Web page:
The UN General Assembly today adopted a resolution on “Improving global road safety”. The resolution was sponsored by the Government of the Russian Federation and co-sponsored by dozens of other countries. Among key decisions, the resolution welcomes the offer of the Government of Brazil to host the Second Global Ministerial Conference on Road Safety in 2015; encourages Members States and the international community to take road safety into due consideration in the elaboration of the post-2015 development agenda; invites WHO to continue monitoring, through its global status reports, progress in the Decade of Action for Road Safety 2011-2020, noting the importance of targets and indicators against which progress can be systematically measured; and requests WHO and the UN regional commissions to facilitate organization of the Third UN Global Road Safety Week in 2015 on the theme of improving road safety for children.
In support of activities related to the Decade of Action, partners – including development banks, foundations and private sector companies – are invited to consider contributing financially to the WHO and FIA Foundation Road Safety Fund. They are also called upon to explore new and innovative funding modalities, in particular those which would further national efforts to implement the Global Plan for the Decade of Action.
As have previous road safety resolutions, this resolution also calls upon Member States which have not yet done so to develop national plans in line with the Global Plan for the Decade of Action; nominate national focal points for the Decade of Action; enact comprehensive legislation on key risk factors; strengthen emergency trauma care systems; improve the safety of vehicles and roads; and enhance the quality of road safety statistics.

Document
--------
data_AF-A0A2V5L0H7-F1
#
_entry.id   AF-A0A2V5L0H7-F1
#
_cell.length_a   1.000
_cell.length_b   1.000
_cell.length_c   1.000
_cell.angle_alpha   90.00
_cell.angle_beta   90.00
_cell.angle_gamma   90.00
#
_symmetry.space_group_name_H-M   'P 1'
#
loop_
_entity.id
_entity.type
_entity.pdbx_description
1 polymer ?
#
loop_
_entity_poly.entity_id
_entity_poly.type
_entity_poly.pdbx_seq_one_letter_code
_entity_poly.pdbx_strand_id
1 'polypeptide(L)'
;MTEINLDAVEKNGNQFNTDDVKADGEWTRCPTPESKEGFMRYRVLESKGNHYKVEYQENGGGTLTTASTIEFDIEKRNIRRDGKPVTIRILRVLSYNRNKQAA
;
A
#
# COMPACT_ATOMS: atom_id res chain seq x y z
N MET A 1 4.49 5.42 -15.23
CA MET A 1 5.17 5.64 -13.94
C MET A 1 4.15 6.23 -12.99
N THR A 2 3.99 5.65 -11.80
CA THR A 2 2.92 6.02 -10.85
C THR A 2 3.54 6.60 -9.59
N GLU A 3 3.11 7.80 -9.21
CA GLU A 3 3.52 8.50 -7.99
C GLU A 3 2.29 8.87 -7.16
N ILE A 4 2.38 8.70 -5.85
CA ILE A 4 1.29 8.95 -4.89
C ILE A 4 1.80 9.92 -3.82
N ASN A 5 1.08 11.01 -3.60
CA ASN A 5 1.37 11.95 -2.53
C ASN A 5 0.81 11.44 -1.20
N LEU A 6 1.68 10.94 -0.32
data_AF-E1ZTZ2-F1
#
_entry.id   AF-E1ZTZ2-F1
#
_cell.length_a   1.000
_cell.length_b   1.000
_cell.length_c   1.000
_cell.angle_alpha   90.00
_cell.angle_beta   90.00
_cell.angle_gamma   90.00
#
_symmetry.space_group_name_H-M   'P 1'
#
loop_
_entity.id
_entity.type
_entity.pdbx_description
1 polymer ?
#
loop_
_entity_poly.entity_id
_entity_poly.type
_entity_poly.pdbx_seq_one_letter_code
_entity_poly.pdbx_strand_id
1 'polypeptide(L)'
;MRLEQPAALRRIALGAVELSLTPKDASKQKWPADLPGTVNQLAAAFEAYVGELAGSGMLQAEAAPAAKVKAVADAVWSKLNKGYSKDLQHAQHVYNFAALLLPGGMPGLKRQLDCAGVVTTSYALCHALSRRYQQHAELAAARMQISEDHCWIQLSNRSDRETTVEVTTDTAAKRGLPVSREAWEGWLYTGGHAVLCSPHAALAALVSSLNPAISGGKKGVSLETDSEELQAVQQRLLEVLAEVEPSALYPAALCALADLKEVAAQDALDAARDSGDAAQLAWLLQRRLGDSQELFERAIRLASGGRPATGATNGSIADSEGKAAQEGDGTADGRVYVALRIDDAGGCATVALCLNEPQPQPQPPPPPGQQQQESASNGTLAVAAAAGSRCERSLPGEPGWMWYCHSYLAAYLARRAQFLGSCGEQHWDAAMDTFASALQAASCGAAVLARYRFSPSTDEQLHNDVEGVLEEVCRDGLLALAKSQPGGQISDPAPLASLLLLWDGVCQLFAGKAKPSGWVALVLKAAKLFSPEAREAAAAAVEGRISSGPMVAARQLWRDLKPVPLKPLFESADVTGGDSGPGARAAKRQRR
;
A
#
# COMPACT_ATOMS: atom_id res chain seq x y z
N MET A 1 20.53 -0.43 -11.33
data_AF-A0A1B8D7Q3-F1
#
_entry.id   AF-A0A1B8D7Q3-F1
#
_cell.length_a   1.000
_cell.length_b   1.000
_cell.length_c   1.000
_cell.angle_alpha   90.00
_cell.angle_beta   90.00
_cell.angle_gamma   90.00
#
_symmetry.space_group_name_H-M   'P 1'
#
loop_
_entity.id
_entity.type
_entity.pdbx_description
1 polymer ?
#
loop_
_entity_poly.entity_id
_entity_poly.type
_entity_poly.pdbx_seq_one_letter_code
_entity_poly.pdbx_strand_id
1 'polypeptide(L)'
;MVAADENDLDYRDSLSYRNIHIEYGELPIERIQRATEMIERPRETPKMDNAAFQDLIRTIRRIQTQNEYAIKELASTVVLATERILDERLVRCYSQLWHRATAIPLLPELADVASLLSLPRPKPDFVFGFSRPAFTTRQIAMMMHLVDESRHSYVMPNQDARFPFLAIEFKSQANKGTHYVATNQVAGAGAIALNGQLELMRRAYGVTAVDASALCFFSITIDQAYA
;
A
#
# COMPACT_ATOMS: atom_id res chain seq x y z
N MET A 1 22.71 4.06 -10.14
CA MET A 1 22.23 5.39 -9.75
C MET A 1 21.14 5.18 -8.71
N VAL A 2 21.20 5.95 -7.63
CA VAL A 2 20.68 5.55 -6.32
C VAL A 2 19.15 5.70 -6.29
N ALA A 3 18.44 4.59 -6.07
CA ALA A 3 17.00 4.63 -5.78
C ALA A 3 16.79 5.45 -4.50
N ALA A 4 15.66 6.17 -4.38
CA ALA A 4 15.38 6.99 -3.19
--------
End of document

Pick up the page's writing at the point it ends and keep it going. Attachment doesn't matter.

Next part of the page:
The resolution expressed concern that the number of road traffic deaths still remains unacceptably high with an estimated 1.24 million lives lost in 2010. Only 7% of the world’s population is covered by adequate laws that address key risk factors: drinking and driving, speeding and failing to use motorcycle helmets, seat-belts and child restraints. It also expressed concern that worldwide half of all road traffic deaths involve pedestrians, motorcyclists and cyclists, and that some developing countries are failing to provide the policies and infrastructure needed to better protect these vulnerable groups.
The resolution acknowledged a number of important international efforts on road safety, with specific mention to initiatives such as WHO’s Global status report on road safety 2013; the International Road Transport Union’s standards for vocational training of road safety professionals; the Commission for Global Road Safety’s report entitled Safe roads for all: a post-2015 agenda for health and development; the World Bank’s Global Road Safety Facility; the World Day of Remembrance for Road Traffic Victims; and various efforts of the UN regional commissions, national Red Cross and Red Crescent Societies, and NGOs, including victims’ organizations and youth organizations.
Through the new resolution, the UN Secretary-General is invited to continue to promote effective international cooperation on road safety issues, including in the broader context of sustainable transport, and report to the UN General Assembly at its 70th session on the agenda item entitled “Improving global road safety”.